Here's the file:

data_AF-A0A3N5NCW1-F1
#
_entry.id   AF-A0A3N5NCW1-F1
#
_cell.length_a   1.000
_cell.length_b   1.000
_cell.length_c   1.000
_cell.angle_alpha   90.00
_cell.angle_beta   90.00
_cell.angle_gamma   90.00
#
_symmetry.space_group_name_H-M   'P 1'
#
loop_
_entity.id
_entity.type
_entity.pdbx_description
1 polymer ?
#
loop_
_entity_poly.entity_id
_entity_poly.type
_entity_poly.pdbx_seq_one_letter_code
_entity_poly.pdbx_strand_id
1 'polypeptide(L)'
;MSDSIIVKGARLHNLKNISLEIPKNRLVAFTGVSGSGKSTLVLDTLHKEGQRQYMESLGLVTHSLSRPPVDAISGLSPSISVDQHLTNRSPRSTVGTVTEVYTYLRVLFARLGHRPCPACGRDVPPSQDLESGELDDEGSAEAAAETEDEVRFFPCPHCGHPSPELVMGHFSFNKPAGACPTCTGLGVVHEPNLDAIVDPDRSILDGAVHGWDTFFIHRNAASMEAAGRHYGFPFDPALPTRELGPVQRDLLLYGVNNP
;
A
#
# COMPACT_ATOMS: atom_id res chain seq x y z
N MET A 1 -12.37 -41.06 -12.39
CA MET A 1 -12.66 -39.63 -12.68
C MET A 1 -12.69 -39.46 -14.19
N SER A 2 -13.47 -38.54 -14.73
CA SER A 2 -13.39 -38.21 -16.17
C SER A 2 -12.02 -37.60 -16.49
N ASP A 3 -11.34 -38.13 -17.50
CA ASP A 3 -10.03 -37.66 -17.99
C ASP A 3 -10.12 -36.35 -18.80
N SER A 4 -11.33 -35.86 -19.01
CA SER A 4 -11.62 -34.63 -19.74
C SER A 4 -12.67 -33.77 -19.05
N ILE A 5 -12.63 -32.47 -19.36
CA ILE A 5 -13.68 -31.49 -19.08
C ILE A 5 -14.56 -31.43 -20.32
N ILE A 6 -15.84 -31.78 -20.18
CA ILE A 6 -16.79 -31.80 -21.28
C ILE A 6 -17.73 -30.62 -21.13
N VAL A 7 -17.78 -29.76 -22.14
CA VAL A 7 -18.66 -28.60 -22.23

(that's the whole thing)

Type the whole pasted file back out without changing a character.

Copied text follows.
data_AF-A0A3N5NCW1-F1
#
_entry.id   AF-A0A3N5NCW1-F1
#
_cell.length_a   1.000
_cell.length_b   1.000
_cell.length_c   1.000
_cell.angle_alpha   90.00
_cell.angle_beta   90.00
_cell.angle_gamma   90.00
#
_symmetry.space_group_name_H-M   'P 1'
#
loop_
_entity.id
_entity.type
_entity.pdbx_description
1 polymer ?
#
loop_
_entity_poly.entity_id
_entity_poly.type
_entity_poly.pdbx_seq_one_letter_code
_entity_poly.pdbx_strand_id
1 'polypeptide(L)'
;MSDSIIVKGARLHNLKNISLEIPKNRLVAFTGVSGSGKSTLVLDTLHKEGQRQYMESLGLVTHSLSRPPVDAISGLSPSISVDQHLTNRSPRSTVGTVTEVYTYLRVLFARLGHRPCPACGRDVPPSQDLESGELDDEGSAEAAAETEDEVRFFPCPHCGHPSPELVMGHFSFNKPAGACPTCTGLGVVHEPNLDAIVDPDRSILDGAVHGWDTFFIHRNAASMEAAGRHYGFPFDPALPTRELGPVQRDLLLYGVNNP
;
A
#
# COMPACT_ATOMS: atom_id res chain seq x y z
N MET A 1 -12.37 -41.06 -12.39
CA MET A 1 -12.66 -39.63 -12.68
C MET A 1 -12.69 -39.46 -14.19
N SER A 2 -13.47 -38.54 -14.73
CA SER A 2 -13.39 -38.21 -16.17
C SER A 2 -12.02 -37.60 -16.49
N ASP A 3 -11.34 -38.13 -17.50
CA ASP A 3 -10.03 -37.66 -17.99
C ASP A 3 -10.12 -36.35 -18.80
N SER A 4 -11.33 -35.86 -19.01
CA SER A 4 -11.62 -34.63 -19.74
C SER A 4 -12.67 -33.77 -19.05
N ILE A 5 -12.63 -32.47 -19.36
CA ILE A 5 -13.68 -31.49 -19.08
C ILE A 5 -14.56 -31.43 -20.32
N ILE A 6 -15.84 -31.78 -20.18
CA ILE A 6 -16.79 -31.80 -21.28
C ILE A 6 -17.73 -30.62 -21.13
N VAL A 7 -17.78 -29.76 -22.14
CA VAL A 7 -18.66 -28.60 -22.23